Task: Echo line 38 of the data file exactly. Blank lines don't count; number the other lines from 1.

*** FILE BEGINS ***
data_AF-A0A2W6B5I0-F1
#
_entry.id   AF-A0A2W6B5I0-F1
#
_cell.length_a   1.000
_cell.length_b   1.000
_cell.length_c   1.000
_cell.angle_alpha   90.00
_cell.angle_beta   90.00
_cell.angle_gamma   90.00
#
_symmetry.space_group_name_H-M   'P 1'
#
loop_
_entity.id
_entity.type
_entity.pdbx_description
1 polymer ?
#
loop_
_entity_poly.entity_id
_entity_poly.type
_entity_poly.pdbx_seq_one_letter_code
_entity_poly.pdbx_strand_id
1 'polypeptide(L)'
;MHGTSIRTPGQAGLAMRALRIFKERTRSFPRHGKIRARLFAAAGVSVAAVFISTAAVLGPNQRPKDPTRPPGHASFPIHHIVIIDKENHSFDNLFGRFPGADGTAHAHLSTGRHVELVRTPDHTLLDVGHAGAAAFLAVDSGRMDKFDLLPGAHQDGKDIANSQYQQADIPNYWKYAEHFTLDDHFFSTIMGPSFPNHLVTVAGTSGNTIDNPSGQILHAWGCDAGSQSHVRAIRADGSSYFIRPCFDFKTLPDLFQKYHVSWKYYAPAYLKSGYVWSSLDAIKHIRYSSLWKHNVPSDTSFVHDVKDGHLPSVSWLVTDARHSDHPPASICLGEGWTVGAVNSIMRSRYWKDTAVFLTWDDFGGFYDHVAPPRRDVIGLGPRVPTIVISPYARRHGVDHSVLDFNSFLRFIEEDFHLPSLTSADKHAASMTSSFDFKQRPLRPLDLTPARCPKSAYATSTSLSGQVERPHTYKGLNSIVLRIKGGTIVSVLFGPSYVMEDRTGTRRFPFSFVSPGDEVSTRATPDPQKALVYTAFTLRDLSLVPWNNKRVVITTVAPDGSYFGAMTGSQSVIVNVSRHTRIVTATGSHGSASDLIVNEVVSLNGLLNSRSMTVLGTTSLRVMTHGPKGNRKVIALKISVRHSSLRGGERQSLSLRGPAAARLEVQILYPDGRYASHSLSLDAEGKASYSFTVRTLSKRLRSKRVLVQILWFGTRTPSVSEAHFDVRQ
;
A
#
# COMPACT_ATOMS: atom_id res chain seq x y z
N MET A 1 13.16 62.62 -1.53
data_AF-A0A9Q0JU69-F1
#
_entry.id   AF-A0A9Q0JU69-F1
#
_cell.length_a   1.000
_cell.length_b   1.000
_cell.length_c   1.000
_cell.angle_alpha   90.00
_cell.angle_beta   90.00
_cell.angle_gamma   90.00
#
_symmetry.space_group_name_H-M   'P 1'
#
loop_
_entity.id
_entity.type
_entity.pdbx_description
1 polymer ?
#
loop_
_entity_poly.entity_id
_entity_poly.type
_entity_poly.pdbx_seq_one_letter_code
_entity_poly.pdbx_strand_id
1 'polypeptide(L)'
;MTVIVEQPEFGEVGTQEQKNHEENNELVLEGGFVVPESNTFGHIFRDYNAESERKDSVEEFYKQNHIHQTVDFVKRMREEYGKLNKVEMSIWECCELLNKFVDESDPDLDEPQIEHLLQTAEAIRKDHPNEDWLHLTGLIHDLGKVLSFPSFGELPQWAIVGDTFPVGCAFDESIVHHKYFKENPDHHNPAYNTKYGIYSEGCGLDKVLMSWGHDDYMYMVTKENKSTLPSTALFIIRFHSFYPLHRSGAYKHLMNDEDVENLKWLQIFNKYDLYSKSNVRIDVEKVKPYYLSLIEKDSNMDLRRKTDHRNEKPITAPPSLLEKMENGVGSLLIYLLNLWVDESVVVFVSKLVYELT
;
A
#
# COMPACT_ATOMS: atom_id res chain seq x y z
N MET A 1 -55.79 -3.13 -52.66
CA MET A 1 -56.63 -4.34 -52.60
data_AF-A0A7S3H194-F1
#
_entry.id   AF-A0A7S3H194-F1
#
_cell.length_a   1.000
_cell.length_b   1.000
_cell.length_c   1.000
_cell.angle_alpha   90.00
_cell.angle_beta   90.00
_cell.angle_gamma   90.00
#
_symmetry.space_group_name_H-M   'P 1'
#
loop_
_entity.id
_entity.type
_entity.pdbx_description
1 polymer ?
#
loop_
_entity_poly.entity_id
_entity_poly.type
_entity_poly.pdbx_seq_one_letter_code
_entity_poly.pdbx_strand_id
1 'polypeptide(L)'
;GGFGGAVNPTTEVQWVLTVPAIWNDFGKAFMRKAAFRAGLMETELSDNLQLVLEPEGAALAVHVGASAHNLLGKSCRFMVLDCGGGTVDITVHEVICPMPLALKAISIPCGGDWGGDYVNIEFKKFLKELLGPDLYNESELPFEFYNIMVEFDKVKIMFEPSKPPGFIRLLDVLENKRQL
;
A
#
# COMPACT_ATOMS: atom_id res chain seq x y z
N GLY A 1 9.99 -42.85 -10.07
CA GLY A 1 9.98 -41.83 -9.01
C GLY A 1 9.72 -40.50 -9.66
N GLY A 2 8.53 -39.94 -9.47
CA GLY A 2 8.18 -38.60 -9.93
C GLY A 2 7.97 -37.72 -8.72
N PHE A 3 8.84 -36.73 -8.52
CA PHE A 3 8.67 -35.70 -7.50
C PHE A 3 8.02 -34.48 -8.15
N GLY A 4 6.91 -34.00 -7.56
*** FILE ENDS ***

_cell.length_c   1.000